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Apr 28, 2005

Owners seek return of suspicious vehicles

Story PictureAfter almost three months of having their vehicles gathering dust in the Customs yard in Belize City, a number of owners had hoped to drive their late model S.U.V.’s and pickups home today. But although the appropriate documents were finally ready, the petitioners were told yet again: come back tomorrow, as no officer wanted to take responsibility for signing the releases. At least twenty vehicles were impounded by customs officials in February. The owners, most of whom had acquired their vehicles from a third party, were told there was no record of duties being paid and the vehicles may have been stolen. Most expected customs to go after the original importers or dealers, identified as Yasser Safa, Marlon Espat, and Roger Zaldivar among others. But this never happened. Instead, the owners were given weeks of run-around, which culminated in reports on Monday that members of the Police Department and B.D.F. had driven their vehicles off the lot, commandeering them for use by law enforcement authorities. Incensed, a number of owners descended on the Customs Department demanding to know what was going on. Neither the Comptroller of Customs, Gregory Gibson, nor the Commissioner of Inland Revenue, Geraldine Davis, would comment, but sources in the Customs Department told News Five the Ministry of Finance instructed police to bring the vehicles back immediately and told Customs to release the vehicles to the owners immediately. That solution was supposed entail the paying of duties, plus having owners post a bond for three times the amount of the assessed value and sign a letter indemnifying the government from any possible legal claim. But only one owner was able to have his paperwork processed today and take his pickup home; the rest remain in limbo.

While the letter does not say so, News Five understands as many as two hundred and fifty vehicles may have entered Belize through unofficial points of entry, primarily from Guatemala. There has been no indication so far that any of the original importers will be prosecuted; in fact, one owner told News Five this evening that there is talk of an amnesty for anyone who cannot prove duties were paid on their vehicle, as long as he or she is willing to post the bond and pay the duty. Reports are that Customs has been unable to obtain any records from the Transport Department to help them sort out the whole mess. One of the vehicles netted in the customs sweep was reported stolen in the United States and is being returned to the United States under a treaty agreement. However, since Belize has no treaty with Guatemala, the only way the Guatemalan insurance companies could retrieve the cars and trucks is to sue the individual Belizean owners. Under Belizean law, the onus is on the person in possession of any imported item to produce proof that duty has been paid. If they cannot do so, those goods can be seized and failure to pay the duty can result in the property being forfeited. When asked why the Police Department had taken the trucks, police press officer G. Michael Reid told News Five that any vehicle impounded for wrong-doing can be commandeered for police use and that in fact, any private vehicle can be taken by police “if they need it to carry out their duty to serve the community.”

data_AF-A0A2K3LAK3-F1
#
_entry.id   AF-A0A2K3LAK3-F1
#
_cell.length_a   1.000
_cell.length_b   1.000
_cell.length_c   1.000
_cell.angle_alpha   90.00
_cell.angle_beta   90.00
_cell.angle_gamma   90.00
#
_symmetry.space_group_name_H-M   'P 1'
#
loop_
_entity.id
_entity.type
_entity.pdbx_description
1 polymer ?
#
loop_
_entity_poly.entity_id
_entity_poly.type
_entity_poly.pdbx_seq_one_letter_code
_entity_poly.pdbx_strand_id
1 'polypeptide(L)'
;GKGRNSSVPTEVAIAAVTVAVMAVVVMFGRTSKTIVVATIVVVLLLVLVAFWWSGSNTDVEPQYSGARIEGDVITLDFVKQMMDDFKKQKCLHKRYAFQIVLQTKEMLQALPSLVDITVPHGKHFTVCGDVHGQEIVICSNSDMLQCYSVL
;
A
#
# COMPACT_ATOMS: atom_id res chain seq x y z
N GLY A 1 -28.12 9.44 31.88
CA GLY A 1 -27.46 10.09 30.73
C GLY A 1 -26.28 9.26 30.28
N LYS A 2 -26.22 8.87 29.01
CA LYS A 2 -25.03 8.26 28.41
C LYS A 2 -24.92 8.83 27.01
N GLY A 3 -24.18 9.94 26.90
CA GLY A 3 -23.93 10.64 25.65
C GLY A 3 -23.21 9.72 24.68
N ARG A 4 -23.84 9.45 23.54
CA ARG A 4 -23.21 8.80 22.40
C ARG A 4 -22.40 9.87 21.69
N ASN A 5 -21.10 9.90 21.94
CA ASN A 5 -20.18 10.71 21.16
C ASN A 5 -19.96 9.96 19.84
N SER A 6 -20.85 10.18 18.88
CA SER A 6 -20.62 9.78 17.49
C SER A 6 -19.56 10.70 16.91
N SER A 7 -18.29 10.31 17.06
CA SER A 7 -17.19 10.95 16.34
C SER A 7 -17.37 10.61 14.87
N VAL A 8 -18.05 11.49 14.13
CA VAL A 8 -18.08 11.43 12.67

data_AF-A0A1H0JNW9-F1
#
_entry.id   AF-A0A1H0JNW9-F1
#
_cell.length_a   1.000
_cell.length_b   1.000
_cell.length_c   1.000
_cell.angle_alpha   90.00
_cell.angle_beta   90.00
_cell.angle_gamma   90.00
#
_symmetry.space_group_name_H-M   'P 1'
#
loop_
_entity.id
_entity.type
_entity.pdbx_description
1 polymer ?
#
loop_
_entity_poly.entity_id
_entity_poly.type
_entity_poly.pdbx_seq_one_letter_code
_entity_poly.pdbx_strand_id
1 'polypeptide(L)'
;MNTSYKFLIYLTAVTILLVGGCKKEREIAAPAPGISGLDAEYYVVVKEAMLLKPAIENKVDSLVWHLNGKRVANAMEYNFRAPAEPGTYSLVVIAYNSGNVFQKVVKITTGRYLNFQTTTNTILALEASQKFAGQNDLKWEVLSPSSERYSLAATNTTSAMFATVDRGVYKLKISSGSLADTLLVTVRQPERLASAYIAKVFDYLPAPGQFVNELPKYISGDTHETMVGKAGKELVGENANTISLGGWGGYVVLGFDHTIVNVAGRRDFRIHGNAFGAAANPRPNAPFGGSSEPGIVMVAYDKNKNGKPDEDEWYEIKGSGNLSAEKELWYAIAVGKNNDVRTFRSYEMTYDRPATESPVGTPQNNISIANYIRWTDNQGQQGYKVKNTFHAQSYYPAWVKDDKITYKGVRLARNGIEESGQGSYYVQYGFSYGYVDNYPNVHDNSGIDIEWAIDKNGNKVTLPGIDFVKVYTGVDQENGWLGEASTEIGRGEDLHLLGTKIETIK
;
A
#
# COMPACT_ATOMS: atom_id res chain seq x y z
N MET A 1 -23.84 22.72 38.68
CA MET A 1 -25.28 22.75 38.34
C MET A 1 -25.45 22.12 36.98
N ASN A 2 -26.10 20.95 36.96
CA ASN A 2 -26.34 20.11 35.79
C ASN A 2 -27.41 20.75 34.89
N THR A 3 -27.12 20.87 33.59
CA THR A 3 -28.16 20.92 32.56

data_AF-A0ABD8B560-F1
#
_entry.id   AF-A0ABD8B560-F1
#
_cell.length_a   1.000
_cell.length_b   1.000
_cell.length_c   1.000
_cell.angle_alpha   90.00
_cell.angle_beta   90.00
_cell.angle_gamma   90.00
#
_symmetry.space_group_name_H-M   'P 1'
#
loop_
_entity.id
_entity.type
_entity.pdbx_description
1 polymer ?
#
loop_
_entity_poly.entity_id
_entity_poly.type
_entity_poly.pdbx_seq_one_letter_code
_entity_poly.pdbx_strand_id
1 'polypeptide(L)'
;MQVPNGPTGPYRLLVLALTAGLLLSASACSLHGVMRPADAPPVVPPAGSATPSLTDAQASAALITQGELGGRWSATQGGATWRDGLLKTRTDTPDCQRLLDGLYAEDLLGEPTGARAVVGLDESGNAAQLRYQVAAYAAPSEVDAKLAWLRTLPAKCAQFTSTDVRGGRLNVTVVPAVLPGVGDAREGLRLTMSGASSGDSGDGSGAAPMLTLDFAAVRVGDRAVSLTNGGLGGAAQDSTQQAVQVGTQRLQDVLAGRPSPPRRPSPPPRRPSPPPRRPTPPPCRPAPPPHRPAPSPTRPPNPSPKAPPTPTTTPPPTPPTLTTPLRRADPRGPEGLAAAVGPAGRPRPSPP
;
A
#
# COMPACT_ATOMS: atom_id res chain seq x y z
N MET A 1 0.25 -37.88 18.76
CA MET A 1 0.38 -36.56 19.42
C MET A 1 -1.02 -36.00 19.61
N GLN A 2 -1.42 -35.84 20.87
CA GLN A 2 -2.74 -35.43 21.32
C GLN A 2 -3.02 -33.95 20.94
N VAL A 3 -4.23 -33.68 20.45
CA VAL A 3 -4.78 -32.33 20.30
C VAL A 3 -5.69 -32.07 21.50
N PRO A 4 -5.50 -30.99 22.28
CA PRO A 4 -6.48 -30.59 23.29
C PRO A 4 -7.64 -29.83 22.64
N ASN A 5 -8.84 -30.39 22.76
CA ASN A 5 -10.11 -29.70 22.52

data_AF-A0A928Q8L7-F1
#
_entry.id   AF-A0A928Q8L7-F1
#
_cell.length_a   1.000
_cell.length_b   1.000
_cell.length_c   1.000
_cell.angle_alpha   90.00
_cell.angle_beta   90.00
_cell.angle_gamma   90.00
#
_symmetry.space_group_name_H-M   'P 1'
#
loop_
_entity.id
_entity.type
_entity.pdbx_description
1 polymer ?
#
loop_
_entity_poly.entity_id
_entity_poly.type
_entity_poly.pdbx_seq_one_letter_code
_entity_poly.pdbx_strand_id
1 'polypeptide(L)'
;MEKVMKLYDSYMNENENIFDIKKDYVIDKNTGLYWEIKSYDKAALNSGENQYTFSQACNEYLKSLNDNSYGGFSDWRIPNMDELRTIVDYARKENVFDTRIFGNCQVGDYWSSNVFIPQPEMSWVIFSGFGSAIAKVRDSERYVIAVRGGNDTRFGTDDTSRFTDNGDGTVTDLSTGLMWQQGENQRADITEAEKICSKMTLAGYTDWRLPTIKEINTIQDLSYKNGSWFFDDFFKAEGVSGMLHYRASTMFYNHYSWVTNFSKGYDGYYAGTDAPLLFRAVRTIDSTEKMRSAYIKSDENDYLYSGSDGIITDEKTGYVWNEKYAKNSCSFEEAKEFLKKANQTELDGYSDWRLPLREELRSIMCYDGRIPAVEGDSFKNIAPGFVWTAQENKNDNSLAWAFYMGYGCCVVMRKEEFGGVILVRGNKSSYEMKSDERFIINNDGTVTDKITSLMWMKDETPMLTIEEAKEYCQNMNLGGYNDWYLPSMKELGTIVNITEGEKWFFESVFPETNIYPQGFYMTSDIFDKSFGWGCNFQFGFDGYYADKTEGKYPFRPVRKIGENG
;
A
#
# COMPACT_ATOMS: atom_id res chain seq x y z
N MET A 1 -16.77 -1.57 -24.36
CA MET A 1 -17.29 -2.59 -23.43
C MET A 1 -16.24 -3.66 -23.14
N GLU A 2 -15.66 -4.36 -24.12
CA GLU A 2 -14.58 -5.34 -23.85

Viewers please note: This Internet newscast is a verbatim transcript of our evening television newscast. Where speakers use Kriol, we attempt to faithfully reproduce the quotes using a standard spelling system.

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